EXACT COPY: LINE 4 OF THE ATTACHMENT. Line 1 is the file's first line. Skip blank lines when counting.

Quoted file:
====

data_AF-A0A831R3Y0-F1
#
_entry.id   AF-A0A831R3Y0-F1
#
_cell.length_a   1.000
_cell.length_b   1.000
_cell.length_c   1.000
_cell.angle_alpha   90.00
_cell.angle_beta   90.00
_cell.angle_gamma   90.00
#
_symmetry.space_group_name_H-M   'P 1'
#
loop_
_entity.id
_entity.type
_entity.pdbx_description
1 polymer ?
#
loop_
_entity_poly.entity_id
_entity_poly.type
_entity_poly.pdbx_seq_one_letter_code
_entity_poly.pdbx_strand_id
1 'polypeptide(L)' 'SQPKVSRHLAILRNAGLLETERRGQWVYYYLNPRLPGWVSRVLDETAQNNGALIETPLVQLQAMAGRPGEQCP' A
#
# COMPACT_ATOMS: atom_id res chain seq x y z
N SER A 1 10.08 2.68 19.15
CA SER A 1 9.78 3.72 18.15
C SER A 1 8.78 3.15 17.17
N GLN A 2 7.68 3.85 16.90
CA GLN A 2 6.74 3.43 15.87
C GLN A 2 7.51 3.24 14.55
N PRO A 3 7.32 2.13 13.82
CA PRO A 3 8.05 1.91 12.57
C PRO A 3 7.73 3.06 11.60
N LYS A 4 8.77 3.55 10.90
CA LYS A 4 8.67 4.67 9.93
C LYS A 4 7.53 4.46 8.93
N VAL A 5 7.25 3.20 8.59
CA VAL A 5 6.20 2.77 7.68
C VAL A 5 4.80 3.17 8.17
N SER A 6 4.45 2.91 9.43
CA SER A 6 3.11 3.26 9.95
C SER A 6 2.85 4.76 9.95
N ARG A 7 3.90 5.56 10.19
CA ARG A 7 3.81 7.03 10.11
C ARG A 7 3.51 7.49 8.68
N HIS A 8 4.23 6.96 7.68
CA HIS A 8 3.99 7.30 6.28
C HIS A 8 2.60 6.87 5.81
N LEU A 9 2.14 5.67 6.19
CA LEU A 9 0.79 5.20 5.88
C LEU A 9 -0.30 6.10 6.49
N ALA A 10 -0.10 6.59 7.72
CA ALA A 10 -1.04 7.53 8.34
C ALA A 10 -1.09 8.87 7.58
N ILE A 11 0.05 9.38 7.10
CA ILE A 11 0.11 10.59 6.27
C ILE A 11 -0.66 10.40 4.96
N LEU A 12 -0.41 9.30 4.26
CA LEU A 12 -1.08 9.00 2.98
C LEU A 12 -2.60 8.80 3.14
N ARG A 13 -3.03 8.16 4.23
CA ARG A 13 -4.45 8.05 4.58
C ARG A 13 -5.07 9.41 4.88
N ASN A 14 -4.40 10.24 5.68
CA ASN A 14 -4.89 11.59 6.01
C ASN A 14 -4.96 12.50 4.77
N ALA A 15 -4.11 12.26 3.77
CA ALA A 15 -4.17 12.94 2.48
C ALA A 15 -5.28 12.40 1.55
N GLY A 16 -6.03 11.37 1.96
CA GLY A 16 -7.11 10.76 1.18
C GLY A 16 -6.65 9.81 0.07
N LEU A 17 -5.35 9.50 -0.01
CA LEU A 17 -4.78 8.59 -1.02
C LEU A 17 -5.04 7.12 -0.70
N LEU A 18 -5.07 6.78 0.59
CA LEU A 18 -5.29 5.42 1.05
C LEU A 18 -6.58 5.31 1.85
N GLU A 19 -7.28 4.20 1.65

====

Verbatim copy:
#